Of bigger concern to the Beavers is the state of their offensive line. Already considered one of the lower performing such units in the Pac, the Beavers face the 2012 season with considerable upheaval in those ranks. They entered spring with just eight healthy O-Linemen and will undoubtedly be counting on serious unknowns such as true freshman Isaac Semaulo and incoming UCLA transfer (and known bone-head) Stanley Hasiak. The flip side of the trenches is just as unknown. While it is a good bet that the "gym rat" DE Scott Crichton (two sacks and that forced Montana fumble against the Dawgs) will be productive in the pass rush, there are questions/potential around him. DT is a key concern, but Beaver fans are hopeful that the rehabbing mountain of a man, DT Castro Masaniai and Andrew Seumalo, brother of Isaac, can have an impact.
There are also some reasons for optimism. The Beavs return 16 starters total and bring in one of the more talented receiving corps in the PAC. Wheaton is a legit star and speed-burner Brandin Cooks is expected to provide some big plays this year. Keep an eye on 6-5" Obum Gwacham - a potential breakout player who was very visible in the Oregon St victory over UW last year. Also of interest is the running back battle. Marcus Agnew is the incumbent, but has been plagued by injuries and inconsistency. Riley is high on RS Fr Storm Woods, who apparently had a very solid spring. The Beaver secondary looks in good shape with Poyer and (if healthy) S Anthony Watkins. They'll need these guys as the Beavs look to further develop their LBs (new starter plus the eventual return of Feti Unga) and DLs.
- The Huskies added Oregon State alum, Keith Heyward, to their coaching staff this offseason. Heyward, who replaces Demetrice Martin as DBs coach, held a similar role under Mike Riley. He is formerly a starting CB for the Beavs and was a key contributor to the 2001 Fiesta Bowl team that went 11-1.
- The Beavs return all of their 2011 statistical leaders including Passing, Receiving, Rushing, Sacks, Interceptions and Tackles. They also return
both kickerstheir placekicker.
- Markus Wheaton, the cousin of Duck legend Kenny Wheaton (who apparently is exalted for not dropping a ball that Damon Huard threw right at him in one of the more significant meltdowns in Husky history), is fast. How fast? Ironically, fast enough to beat De'Anthony Thomas in a 100 meter race this past spring. Even more ironic was that both of them finished behind Husky Ryan Hamilton.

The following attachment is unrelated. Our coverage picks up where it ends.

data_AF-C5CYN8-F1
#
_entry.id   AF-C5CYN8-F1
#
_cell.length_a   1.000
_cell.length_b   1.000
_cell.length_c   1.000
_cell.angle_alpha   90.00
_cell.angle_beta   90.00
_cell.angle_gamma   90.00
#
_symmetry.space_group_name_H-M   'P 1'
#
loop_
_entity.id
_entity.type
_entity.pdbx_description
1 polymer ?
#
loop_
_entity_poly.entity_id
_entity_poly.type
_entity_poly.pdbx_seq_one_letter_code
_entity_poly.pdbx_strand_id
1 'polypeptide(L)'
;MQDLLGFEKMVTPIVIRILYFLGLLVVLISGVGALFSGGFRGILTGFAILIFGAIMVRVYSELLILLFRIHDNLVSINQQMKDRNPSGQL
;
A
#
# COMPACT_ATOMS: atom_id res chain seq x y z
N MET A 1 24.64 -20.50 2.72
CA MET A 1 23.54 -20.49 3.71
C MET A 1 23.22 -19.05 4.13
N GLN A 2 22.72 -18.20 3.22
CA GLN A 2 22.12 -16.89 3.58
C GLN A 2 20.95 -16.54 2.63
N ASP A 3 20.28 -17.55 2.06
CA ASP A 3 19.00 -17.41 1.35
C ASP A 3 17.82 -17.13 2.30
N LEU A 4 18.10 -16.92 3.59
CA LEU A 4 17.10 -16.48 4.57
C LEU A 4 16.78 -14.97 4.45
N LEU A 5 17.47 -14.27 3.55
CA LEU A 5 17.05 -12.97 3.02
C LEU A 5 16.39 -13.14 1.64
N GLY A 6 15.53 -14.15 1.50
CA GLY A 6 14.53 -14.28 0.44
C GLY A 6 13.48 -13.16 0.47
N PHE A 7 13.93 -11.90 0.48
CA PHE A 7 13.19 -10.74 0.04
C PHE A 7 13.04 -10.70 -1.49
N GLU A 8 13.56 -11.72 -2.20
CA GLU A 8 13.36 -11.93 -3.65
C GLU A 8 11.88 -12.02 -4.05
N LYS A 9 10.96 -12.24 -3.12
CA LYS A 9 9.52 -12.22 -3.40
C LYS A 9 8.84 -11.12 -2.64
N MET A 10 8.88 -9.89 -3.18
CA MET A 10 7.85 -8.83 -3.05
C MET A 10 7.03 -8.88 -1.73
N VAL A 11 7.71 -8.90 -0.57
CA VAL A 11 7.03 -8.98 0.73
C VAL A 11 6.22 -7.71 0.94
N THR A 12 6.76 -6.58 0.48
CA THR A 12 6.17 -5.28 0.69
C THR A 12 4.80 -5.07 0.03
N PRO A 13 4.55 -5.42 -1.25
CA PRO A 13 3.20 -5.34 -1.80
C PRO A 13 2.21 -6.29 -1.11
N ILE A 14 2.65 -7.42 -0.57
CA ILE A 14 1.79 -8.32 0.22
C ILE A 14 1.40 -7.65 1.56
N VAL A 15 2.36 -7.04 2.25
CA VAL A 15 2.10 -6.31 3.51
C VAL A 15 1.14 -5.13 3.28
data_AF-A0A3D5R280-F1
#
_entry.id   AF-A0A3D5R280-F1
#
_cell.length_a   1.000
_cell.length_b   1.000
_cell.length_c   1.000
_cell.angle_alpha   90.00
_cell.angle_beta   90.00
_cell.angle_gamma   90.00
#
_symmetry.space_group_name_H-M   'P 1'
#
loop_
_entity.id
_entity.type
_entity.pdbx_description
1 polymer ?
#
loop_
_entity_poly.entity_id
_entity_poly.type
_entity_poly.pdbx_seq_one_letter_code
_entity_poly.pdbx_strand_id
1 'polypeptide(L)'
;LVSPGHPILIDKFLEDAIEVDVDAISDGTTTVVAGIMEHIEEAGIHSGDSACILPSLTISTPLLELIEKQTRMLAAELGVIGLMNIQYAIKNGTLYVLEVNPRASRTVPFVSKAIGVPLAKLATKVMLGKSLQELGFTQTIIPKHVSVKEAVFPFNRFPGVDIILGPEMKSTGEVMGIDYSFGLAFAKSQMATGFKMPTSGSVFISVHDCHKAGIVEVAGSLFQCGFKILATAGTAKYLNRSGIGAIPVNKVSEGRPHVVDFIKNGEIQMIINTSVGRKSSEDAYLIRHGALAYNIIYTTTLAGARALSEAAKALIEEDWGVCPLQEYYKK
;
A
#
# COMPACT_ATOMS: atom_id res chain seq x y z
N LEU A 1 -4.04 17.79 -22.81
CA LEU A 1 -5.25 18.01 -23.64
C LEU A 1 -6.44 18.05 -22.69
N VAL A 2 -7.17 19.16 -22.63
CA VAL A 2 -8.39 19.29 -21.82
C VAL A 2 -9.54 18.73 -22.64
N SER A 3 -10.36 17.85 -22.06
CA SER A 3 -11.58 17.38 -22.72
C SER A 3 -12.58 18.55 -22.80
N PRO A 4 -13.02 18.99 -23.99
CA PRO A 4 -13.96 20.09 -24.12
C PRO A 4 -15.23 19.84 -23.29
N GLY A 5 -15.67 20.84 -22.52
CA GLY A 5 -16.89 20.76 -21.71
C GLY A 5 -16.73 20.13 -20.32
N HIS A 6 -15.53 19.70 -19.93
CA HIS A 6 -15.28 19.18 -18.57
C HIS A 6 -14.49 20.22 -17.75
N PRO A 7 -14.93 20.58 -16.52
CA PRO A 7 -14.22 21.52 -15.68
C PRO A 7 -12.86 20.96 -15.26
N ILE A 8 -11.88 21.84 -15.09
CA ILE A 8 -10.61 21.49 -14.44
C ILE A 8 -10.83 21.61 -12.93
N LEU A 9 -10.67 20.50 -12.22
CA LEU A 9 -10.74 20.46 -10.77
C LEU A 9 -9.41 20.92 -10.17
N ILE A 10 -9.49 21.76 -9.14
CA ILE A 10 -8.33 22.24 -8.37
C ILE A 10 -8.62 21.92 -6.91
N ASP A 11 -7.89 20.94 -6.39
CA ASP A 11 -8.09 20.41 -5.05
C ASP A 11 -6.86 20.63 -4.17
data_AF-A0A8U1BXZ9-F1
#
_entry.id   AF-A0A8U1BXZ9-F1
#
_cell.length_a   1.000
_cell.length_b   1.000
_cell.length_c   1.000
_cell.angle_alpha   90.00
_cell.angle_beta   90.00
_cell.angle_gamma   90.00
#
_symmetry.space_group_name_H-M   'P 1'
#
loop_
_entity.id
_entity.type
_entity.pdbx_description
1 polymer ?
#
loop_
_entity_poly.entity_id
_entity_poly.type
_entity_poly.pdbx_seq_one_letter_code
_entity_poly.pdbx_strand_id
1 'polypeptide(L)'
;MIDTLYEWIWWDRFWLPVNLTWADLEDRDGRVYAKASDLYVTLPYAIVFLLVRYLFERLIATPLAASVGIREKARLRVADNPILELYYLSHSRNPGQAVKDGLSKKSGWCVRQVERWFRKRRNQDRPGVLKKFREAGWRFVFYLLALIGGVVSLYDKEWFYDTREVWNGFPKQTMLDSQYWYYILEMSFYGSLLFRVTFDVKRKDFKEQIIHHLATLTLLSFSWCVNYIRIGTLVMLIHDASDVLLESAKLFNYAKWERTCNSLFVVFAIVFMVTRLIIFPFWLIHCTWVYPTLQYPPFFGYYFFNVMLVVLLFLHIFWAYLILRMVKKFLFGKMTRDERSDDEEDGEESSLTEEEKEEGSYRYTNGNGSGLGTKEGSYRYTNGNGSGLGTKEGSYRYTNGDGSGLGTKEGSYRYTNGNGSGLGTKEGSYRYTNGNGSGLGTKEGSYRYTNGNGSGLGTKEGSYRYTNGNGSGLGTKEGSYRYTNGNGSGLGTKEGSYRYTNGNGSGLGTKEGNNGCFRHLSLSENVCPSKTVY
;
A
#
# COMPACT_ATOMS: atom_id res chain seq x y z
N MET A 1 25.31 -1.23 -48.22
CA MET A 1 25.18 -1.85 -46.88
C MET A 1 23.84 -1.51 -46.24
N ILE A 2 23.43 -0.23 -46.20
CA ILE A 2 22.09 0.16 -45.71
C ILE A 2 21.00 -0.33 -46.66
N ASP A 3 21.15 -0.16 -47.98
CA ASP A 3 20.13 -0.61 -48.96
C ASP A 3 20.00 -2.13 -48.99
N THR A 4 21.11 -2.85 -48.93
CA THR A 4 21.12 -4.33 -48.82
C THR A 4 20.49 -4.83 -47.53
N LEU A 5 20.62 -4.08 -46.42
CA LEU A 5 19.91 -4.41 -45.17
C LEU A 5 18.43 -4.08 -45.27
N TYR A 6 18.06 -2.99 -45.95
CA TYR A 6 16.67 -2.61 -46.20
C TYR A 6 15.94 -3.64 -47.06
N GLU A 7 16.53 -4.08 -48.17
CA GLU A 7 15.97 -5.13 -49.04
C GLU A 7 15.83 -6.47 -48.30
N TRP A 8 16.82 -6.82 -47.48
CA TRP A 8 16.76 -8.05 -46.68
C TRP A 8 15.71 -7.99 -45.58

- It appears that coach Mike Riley will be taking over play-calling duties from OC Danny Langsdorf in a move that will certainly draw scrutiny in 2012.
- Washington has been the breeding ground for some key Oregon St recruits the last few years including Crichton from Tacoma and TE Caleb Smith, an incoming true frosh.
- Despite missing the entire season, DB Brandon Hardin was drafted in the third round of the NFL draft. Apparently, injury concerns didn't affect his draft stock.
- The Beavers 3-9 record in 2011 was the worst record in Mike Riley's tenure (either of them) as their head coach
- As is customary with the Gekko File, the lead in to this post includes a picture of the hottest Beaver fan that I could find on the Internet (noted Beavus alum, Sara Jean Underwood [below] was disqualified from consideration because her hotness defies logic)
There is bad mojo brewing in Corvallis. Look, I like Mike Riley and, in all, I tend to root for the Beavs. But I've got a bad feeling about this season. The OL is in worse shape than just about any other in the conference and the fact that they are relying on Stan Hasiak to boost the entire unit is a serious red flag. To add to that, the assumption of play calling by Mike Riley during the spring reeks of dissension among the coaching staff. Furthermore, the continued off-season struggles with the law by players adds to the overall level of concern. While I do like the Beavers passing attack, and I do believe that Mannion is going to be an above average QB, I can't help but to think that something bad is brewing down south.
The fact that the Beavers bring back a bunch of healthy players this year is a positive, but the fact that they still have uncertainties with injuries continues to be a negative. The schedule is also a factor - it isn't exactly friendly, although it isn't a disaster either. Their OOC includes two games that I'm sure they will lose - vs Wisconsin and @BYU. Their PAC schedule includes five home games and misses USC (good) and Colorado (bad). Of their five home games, two will be particularly difficult in Oregon and Utah. Washington gets OSU at the CLink this season in a game that looks, on paper, like a decent match-up for both teams. I'd expect UW to be favored in this one and I could definitely see a scenario where Mannion is dinged up as a result of poor O-Line play.
All in all, this looks and feels like a four win season for the Beavs. I like them to beat Nicholls State and I could see them taking their home games vs WSU and ASU. I could also see another win out of the pool of @Ariz, vs Cal or @Wash (especially if UW gets too beat up from the early season). Beyond that, it is hard to see where any other victories come from unless there is a big upset in there ... maybe they beat BYU or Utah? in the end, I think not and I'm going with a four win season and another three win PAC 12 campaign. Mike Riley will take considerable heat, but the combination of tenure, continuity at QB and continued maturation of youthful players at RB, at OL and at DL will give him some cover file and lead to his retention for another year.
That's it for the Gekko file. I hope our friends from Oregon State fan blogs feel comfortable coming over here and engaging in some friendly debate on the outlook for the Beavs. I hope people realize that I am not trying to be disrespectful to our opponents and that I know that I'll be making mistakes in some of my facts, no matter how well I research it. Corrections are welcome.